Eugene Garfield eugene.garfield at THOMSONREUTERS.COM
Sat Apr 10 14:15:01 EDT 2010

Glanzel W. and Garfield E. "The Myth of Delayed Recognition <>  -Citation analysis demonstrates that premature discovery, while rare, does occur: Nearly all significant research is normally cited soon after publication" The Scientist 18(11): 8-8  June 7 2004.  


These are the references cited in that short paper.


1 <> . E. Garfield, "Premature discovery or delayed recognition--Why?" Curr Contents, 21:5-10, 1980; available online at 

2 <> . E. Garfield, "Would Mendel's work have been ignored if the Science Citation Index was available 100 years ago?" Curr Contents, 47:5-6, 1970; available online at 

3 <> .  W. Glänzel et al., "Better late than never? On the chance to become highly cited only beyond the standard bibliometric time horizon," Scientometrics, 58:571-86, 2003.

Other examples of delayed recognition, including Inhibin, Scanning Electron Microscopy, and the Genetics of Color Blindness, which were identified by citation analysis, can be found at 

See also 

Delayed Recognition in Scientific Discovery: Citation Frequency Analysis Aids the Search for Case Histories

And for discussion of Higgs Boson




Eugene Garfield, PhD. email:  garfield at <mailto:garfield at>  
home page: <> 
Tel: 610-525-8729 Fax: 610-560-4749

Chairman Emeritus, ThomsonReuters Scientific (formerly ISI)
1500 Spring Garden Street, Philadelphia, PA 19130-4067

Editor Emeritus, The Scientist LLC. <>    
400 Market St. Suite 330 Philadelphia, PA 19106-2535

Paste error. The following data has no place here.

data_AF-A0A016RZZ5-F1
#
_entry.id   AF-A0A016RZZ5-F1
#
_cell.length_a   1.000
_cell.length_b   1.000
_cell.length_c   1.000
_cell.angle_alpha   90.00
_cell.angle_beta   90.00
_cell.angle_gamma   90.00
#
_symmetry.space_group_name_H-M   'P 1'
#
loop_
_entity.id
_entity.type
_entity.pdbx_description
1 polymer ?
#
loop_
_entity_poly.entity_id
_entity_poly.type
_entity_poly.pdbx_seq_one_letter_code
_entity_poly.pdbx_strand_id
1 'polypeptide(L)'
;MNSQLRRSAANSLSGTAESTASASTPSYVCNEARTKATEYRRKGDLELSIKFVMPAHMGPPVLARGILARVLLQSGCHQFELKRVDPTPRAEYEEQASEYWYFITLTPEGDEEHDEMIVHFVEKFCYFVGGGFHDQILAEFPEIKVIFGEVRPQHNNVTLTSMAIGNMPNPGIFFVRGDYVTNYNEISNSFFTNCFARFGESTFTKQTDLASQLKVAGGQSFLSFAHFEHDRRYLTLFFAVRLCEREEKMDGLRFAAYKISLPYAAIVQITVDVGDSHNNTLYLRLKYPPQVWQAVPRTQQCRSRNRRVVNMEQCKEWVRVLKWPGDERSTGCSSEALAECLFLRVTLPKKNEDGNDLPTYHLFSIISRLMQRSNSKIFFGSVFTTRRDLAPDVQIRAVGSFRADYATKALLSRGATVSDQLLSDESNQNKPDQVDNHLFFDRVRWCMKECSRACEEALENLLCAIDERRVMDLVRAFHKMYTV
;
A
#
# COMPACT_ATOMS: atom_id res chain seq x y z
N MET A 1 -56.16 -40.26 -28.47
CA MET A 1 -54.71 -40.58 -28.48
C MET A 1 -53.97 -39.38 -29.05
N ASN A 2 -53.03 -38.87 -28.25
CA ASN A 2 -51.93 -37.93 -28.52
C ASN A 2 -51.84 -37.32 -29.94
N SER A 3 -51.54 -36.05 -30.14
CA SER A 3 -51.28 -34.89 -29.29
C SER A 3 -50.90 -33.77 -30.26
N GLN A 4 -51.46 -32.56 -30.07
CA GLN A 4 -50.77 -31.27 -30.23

Past President, American Society for Information Science and Technology (ASIS&T) <>  


From: ASIS&T Special Interest Group on Metrics [mailto:SIGMETRICS at LISTSERV.UTK.EDU] On Behalf Of David Wojick
Sent: Friday, April 09, 2010 9:22 PM
Subject: Re: [SIGMETRICS] Question


on ice age cycles is well known so if there is an up-tick in citations it is most likely an increased interest in the topic, rather than a discovery of the author's work. 


On Apr 9, 2010, Kevin Boyack <kboyack at MAPOFSCIENCE.COM> wrote:

	Adminstrative info for SIGMETRICS (for example unsubscribe):
	Sounds like a "sleeping beauty" to me. See
	Van Raan, A.F.J. (2004). Sleeping Beauties in science. Scientometrics 59(3), 467-472.
	-----Original Message-----
	From: ASIS&T Special Interest Group on Metrics [mailto:SIGMETRICS at LISTSERV.UTK.EDU] On Behalf Of Rajko
	Sent: Friday, April 09, 2010 2:09 PM
	Subject: [SIGMETRICS] Question
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	Dear Scientometric Scientists,
	I have noticed that the research articles and books of Milutin Milankovich (or Milankovic) are more and more cited. Generally, citation shows an opposite trend. Do you know how often it happens?
	Rajko Igic, MD, Ph.D.
	Department of Anesthesiology and Pain Management
	Stroger Hospital of Cook County
	Chicago, IL 60612
	PS. I present here an excerpt of our MS to be published in the "Scrtipta Medica" (Banja Luka), May issue.
	"According to the Science Citation Index and Web of Knowledge Milankovics publications were quoted 780 times in the period from 1945 to 2005 [6]. His major work concerns the origin of Ice Age, Kanon der Erdbestrahlung und seine Anwendung auf das Eiszeitenproblem [Canon of insulation of the Earth and its application to the problem of the Ice Age]. Figure 1 shows the title page of his book, published in 1941 [5]. This work was the most often cited during this period.
	As a rule, the number of citations for most scientific publications decreases over time, but the citation distribution of Milankovics works shows the opposite pattern. In the period from 1945 to 1960, citations of his papers were few (2.6 per year on average), but later citations increased steadily [7]. For about 50 years, Milankovics theory remained largely unconfirmed until a study by Hayes et al [8] on deep-sea sediment showed that Milankovics theory fit with known periods of climate change. Since then, earth scientists have embraced the Milankovitch Cycle model, and contemporary scientists are now familiar with his earlier publications (1920 to 1941)."

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